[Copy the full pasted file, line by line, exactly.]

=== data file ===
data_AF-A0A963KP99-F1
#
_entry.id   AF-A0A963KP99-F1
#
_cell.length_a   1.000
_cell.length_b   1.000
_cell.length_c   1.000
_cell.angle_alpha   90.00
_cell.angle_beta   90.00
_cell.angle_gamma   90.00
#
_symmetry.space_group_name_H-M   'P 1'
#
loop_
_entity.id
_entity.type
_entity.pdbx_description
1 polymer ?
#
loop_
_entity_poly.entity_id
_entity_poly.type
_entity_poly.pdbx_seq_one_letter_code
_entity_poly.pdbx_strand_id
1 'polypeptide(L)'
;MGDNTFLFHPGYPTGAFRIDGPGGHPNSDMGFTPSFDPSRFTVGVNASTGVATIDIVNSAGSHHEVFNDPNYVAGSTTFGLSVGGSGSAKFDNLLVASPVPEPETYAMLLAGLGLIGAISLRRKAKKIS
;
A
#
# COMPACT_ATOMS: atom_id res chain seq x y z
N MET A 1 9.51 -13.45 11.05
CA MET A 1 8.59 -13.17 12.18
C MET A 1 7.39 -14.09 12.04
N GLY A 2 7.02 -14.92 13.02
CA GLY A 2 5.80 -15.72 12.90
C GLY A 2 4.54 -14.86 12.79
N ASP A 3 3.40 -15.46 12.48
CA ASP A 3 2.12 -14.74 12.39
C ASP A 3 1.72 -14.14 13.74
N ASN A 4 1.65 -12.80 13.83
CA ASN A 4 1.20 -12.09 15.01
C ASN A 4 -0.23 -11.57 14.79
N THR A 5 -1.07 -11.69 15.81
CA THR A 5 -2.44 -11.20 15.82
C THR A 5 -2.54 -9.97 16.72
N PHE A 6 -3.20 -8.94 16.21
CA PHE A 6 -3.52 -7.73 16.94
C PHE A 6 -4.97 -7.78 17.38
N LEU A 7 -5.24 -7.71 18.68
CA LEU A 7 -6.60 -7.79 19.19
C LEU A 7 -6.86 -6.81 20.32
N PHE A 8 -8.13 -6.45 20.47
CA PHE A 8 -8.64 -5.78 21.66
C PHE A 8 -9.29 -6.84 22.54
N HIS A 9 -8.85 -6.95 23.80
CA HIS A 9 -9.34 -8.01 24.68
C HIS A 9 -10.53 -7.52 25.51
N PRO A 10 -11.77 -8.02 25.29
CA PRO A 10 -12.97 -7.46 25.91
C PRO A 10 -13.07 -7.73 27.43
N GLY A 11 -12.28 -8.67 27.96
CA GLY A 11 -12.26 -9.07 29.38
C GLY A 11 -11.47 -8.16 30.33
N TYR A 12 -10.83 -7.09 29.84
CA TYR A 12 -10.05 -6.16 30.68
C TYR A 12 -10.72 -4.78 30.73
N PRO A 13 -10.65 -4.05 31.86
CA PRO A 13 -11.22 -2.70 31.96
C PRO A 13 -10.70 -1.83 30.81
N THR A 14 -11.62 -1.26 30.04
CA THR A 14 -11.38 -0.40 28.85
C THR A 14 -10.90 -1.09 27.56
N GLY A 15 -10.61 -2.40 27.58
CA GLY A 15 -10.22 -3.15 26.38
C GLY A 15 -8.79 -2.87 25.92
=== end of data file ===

data_AF-A0A963KP99-F1
#
_entry.id   AF-A0A963KP99-F1
#
_cell.length_a   1.000
_cell.length_b   1.000
_cell.length_c   1.000
_cell.angle_alpha   90.00
_cell.angle_beta   90.00
_cell.angle_gamma   90.00
#
_symmetry.space_group_name_H-M   'P 1'
#
loop_
_entity.id
_entity.type
_entity.pdbx_description
1 polymer ?
#
loop_
_entity_poly.entity_id
_entity_poly.type
_entity_poly.pdbx_seq_one_letter_code
_entity_poly.pdbx_strand_id
1 'polypeptide(L)'
;MGDNTFLFHPGYPTGAFRIDGPGGHPNSDMGFTPSFDPSRFTVGVNASTGVATIDIVNSAGSHHEVFNDPNYVAGSTTFGLSVGGSGSAKFDNLLVASPVPEPETYAMLLAGLGLIGAISLRRKAKKIS
;
A
#
# COMPACT_ATOMS: atom_id res chain seq x y z
N MET A 1 9.51 -13.45 11.05
CA MET A 1 8.59 -13.17 12.18
C MET A 1 7.39 -14.09 12.04
N GLY A 2 7.02 -14.92 13.02
CA GLY A 2 5.80 -15.72 12.90
C GLY A 2 4.54 -14.86 12.79
N ASP A 3 3.40 -15.46 12.48
CA ASP A 3 2.12 -14.74 12.39
C ASP A 3 1.72 -14.14 13.74
N ASN A 4 1.65 -12.80 13.83
CA ASN A 4 1.20 -12.09 15.01
C ASN A 4 -0.23 -11.57 14.79
N THR A 5 -1.07 -11.69 15.81
CA THR A 5 -2.44 -11.20 15.82
C THR A 5 -2.54 -9.97 16.72
N PHE A 6 -3.20 -8.94 16.21
CA PHE A 6 -3.52 -7.73 16.94
C PHE A 6 -4.97 -7.78 17.38
N LEU A 7 -5.24 -7.71 18.68
CA LEU A 7 -6.60 -7.79 19.19
C LEU A 7 -6.86 -6.81 20.32
N PHE A 8 -8.13 -6.45 20.47
CA PHE A 8 -8.64 -5.78 21.66
C PHE A 8 -9.29 -6.84 22.54
N HIS A 9 -8.85 -6.95 23.80
CA HIS A 9 -9.34 -8.01 24.68
C HIS A 9 -10.53 -7.52 25.51
N PRO A 10 -11.77 -8.02 25.29
CA PRO A 10 -12.97 -7.46 25.91
C PRO A 10 -13.07 -7.73 27.43
N GLY A 11 -12.28 -8.67 27.96
CA GLY A 11 -12.26 -9.07 29.38
C GLY A 11 -11.47 -8.16 30.33
N TYR A 12 -10.83 -7.09 29.84
CA TYR A 12 -10.05 -6.16 30.68
C TYR A 12 -10.72 -4.78 30.73
N PRO A 13 -10.65 -4.05 31.86
CA PRO A 13 -11.22 -2.70 31.96
C PRO A 13 -10.70 -1.83 30.81
N THR A 14 -11.62 -1.26 30.04
CA THR A 14 -11.38 -0.40 28.85
C THR A 14 -10.90 -1.09 27.56
N GLY A 15 -10.61 -2.40 27.58
CA GLY A 15 -10.22 -3.15 26.38
C GLY A 15 -8.79 -2.87 25.92